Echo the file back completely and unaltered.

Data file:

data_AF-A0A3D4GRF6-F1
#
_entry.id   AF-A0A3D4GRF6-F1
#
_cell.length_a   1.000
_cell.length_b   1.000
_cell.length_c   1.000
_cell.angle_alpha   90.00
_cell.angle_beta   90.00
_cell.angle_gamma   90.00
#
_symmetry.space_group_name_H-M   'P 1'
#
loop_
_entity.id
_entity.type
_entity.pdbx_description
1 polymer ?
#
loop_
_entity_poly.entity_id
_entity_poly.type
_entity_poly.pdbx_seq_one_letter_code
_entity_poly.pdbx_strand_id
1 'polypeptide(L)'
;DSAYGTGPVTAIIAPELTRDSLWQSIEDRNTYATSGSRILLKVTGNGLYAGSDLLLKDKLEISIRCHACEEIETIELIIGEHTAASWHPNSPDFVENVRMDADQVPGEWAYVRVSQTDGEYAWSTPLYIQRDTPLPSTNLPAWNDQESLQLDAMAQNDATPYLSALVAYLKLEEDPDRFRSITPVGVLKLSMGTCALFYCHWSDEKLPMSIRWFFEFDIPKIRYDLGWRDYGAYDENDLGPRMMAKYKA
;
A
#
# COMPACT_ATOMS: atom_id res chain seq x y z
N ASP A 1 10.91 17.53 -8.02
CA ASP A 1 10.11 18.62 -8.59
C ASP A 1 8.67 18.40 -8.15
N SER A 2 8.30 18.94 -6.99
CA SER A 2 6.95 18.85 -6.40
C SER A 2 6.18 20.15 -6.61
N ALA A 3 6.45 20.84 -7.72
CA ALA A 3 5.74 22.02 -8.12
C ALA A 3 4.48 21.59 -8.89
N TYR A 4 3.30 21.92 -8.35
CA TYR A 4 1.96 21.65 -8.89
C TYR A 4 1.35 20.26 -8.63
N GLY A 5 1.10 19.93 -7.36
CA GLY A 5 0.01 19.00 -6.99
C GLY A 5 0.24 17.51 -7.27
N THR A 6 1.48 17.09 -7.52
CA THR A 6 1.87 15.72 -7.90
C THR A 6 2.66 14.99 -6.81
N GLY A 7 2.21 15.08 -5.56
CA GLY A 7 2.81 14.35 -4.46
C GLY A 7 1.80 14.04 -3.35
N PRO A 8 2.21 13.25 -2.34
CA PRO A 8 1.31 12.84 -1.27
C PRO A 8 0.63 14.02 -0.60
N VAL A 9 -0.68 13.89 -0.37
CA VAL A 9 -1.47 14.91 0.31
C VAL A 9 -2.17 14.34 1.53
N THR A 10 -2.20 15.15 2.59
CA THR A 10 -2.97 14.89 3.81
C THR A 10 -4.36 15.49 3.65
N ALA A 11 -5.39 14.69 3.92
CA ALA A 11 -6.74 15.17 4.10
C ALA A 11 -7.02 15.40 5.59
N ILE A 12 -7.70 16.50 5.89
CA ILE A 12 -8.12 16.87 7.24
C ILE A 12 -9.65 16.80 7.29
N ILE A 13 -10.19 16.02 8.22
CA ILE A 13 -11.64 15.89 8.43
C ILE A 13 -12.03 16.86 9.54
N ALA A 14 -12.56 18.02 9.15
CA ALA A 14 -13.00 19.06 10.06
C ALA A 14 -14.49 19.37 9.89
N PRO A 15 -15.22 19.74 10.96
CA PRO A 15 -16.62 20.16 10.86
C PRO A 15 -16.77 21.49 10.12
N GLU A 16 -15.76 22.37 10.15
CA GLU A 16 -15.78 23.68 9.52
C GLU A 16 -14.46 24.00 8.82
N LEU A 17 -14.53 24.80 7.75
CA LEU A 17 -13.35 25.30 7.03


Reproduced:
data_AF-A0A3D4GRF6-F1
#
_entry.id   AF-A0A3D4GRF6-F1
#
_cell.length_a   1.000
_cell.length_b   1.000
_cell.length_c   1.000
_cell.angle_alpha   90.00
_cell.angle_beta   90.00
_cell.angle_gamma   90.00
#
_symmetry.space_group_name_H-M   'P 1'
#
loop_
_entity.id
_entity.type
_entity.pdbx_description
1 polymer ?
#
loop_
_entity_poly.entity_id
_entity_poly.type
_entity_poly.pdbx_seq_one_letter_code
_entity_poly.pdbx_strand_id
1 'polypeptide(L)'
;DSAYGTGPVTAIIAPELTRDSLWQSIEDRNTYATSGSRILLKVTGNGLYAGSDLLLKDKLEISIRCHACEEIETIELIIGEHTAASWHPNSPDFVENVRMDADQVPGEWAYVRVSQTDGEYAWSTPLYIQRDTPLPSTNLPAWNDQESLQLDAMAQNDATPYLSALVAYLKLEEDPDRFRSITPVGVLKLSMGTCALFYCHWSDEKLPMSIRWFFEFDIPKIRYDLGWRDYGAYDENDLGPRMMAKYKA
;
A
#
# COMPACT_ATOMS: atom_id res chain seq x y z
N ASP A 1 10.91 17.53 -8.02
CA ASP A 1 10.11 18.62 -8.59
C ASP A 1 8.67 18.40 -8.15
N SER A 2 8.30 18.94 -6.99
CA SER A 2 6.95 18.85 -6.40
C SER A 2 6.18 20.15 -6.61
N ALA A 3 6.45 20.84 -7.72
CA ALA A 3 5.74 22.02 -8.12
C ALA A 3 4.48 21.59 -8.89
N TYR A 4 3.30 21.92 -8.35
CA TYR A 4 1.96 21.65 -8.89
C TYR A 4 1.35 20.26 -8.63
N GLY A 5 1.10 19.93 -7.36
CA GLY A 5 0.01 19.00 -6.99
C GLY A 5 0.24 17.51 -7.27
N THR A 6 1.48 17.09 -7.52
CA THR A 6 1.87 15.72 -7.90
C THR A 6 2.66 14.99 -6.81
N GLY A 7 2.21 15.08 -5.56
CA GLY A 7 2.81 14.35 -4.46
C GLY A 7 1.80 14.04 -3.35
N PRO A 8 2.21 13.25 -2.34
CA PRO A 8 1.31 12.84 -1.27
C PRO A 8 0.63 14.02 -0.60
N VAL A 9 -0.68 13.89 -0.37
CA VAL A 9 -1.47 14.91 0.31
C VAL A 9 -2.17 14.34 1.53
N THR A 10 -2.20 15.15 2.59
CA THR A 10 -2.97 14.89 3.81
C THR A 10 -4.36 15.49 3.65
N ALA A 11 -5.39 14.69 3.92
CA ALA A 11 -6.74 15.17 4.10
C ALA A 11 -7.02 15.40 5.59
N ILE A 12 -7.70 16.50 5.89
CA ILE A 12 -8.12 16.87 7.24
C ILE A 12 -9.65 16.80 7.29
N ILE A 13 -10.19 16.02 8.22
CA ILE A 13 -11.64 15.89 8.43
C ILE A 13 -12.03 16.86 9.54
N ALA A 14 -12.56 18.02 9.15
CA ALA A 14 -13.00 19.06 10.06
C ALA A 14 -14.49 19.37 9.89
N PRO A 15 -15.22 19.74 10.96
CA PRO A 15 -16.62 20.16 10.86
C PRO A 15 -16.77 21.49 10.12
N GLU A 16 -15.76 22.37 10.15
CA GLU A 16 -15.78 23.68 9.52
C GLU A 16 -14.46 24.00 8.82
N LEU A 17 -14.53 24.80 7.75
CA LEU A 17 -13.35 25.30 7.03